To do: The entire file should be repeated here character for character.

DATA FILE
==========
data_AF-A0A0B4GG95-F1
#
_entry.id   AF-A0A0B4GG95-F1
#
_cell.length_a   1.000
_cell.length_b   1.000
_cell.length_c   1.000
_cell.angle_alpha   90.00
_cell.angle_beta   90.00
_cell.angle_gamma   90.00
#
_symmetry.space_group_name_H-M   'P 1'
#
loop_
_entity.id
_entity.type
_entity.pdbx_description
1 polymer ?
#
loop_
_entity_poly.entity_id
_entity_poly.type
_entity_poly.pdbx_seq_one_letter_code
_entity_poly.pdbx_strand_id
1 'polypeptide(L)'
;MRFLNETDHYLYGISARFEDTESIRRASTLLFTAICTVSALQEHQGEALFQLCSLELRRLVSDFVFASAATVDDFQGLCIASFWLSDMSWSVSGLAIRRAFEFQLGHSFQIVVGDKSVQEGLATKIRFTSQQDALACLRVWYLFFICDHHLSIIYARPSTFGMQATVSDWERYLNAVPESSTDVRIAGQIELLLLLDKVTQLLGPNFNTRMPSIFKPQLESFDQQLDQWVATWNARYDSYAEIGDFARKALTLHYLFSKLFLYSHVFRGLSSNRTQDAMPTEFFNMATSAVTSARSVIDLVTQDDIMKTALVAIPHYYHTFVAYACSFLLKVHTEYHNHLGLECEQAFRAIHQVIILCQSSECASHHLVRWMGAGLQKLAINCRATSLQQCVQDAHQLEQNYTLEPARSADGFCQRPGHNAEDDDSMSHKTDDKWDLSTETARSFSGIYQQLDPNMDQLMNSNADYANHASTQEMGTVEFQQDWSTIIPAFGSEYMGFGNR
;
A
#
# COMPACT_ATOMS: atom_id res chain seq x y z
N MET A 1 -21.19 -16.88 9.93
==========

data_AF-A0A0B4GG95-F1
#
_entry.id   AF-A0A0B4GG95-F1
#
_cell.length_a   1.000
_cell.length_b   1.000
_cell.length_c   1.000
_cell.angle_alpha   90.00
_cell.angle_beta   90.00
_cell.angle_gamma   90.00
#
_symmetry.space_group_name_H-M   'P 1'
#
loop_
_entity.id
_entity.type
_entity.pdbx_description
1 polymer ?
#
loop_
_entity_poly.entity_id
_entity_poly.type
_entity_poly.pdbx_seq_one_letter_code
_entity_poly.pdbx_strand_id
1 'polypeptide(L)'
;MRFLNETDHYLYGISARFEDTESIRRASTLLFTAICTVSALQEHQGEALFQLCSLELRRLVSDFVFASAATVDDFQGLCIASFWLSDMSWSVSGLAIRRAFEFQLGHSFQIVVGDKSVQEGLATKIRFTSQQDALACLRVWYLFFICDHHLSIIYARPSTFGMQATVSDWERYLNAVPESSTDVRIAGQIELLLLLDKVTQLLGPNFNTRMPSIFKPQLESFDQQLDQWVATWNARYDSYAEIGDFARKALTLHYLFSKLFLYSHVFRGLSSNRTQDAMPTEFFNMATSAVTSARSVIDLVTQDDIMKTALVAIPHYYHTFVAYACSFLLKVHTEYHNHLGLECEQAFRAIHQVIILCQSSECASHHLVRWMGAGLQKLAINCRATSLQQCVQDAHQLEQNYTLEPARSADGFCQRPGHNAEDDDSMSHKTDDKWDLSTETARSFSGIYQQLDPNMDQLMNSNADYANHASTQEMGTVEFQQDWSTIIPAFGSEYMGFGNR
;
A
#
# COMPACT_ATOMS: atom_id res chain seq x y z
N MET A 1 -21.19 -16.88 9.93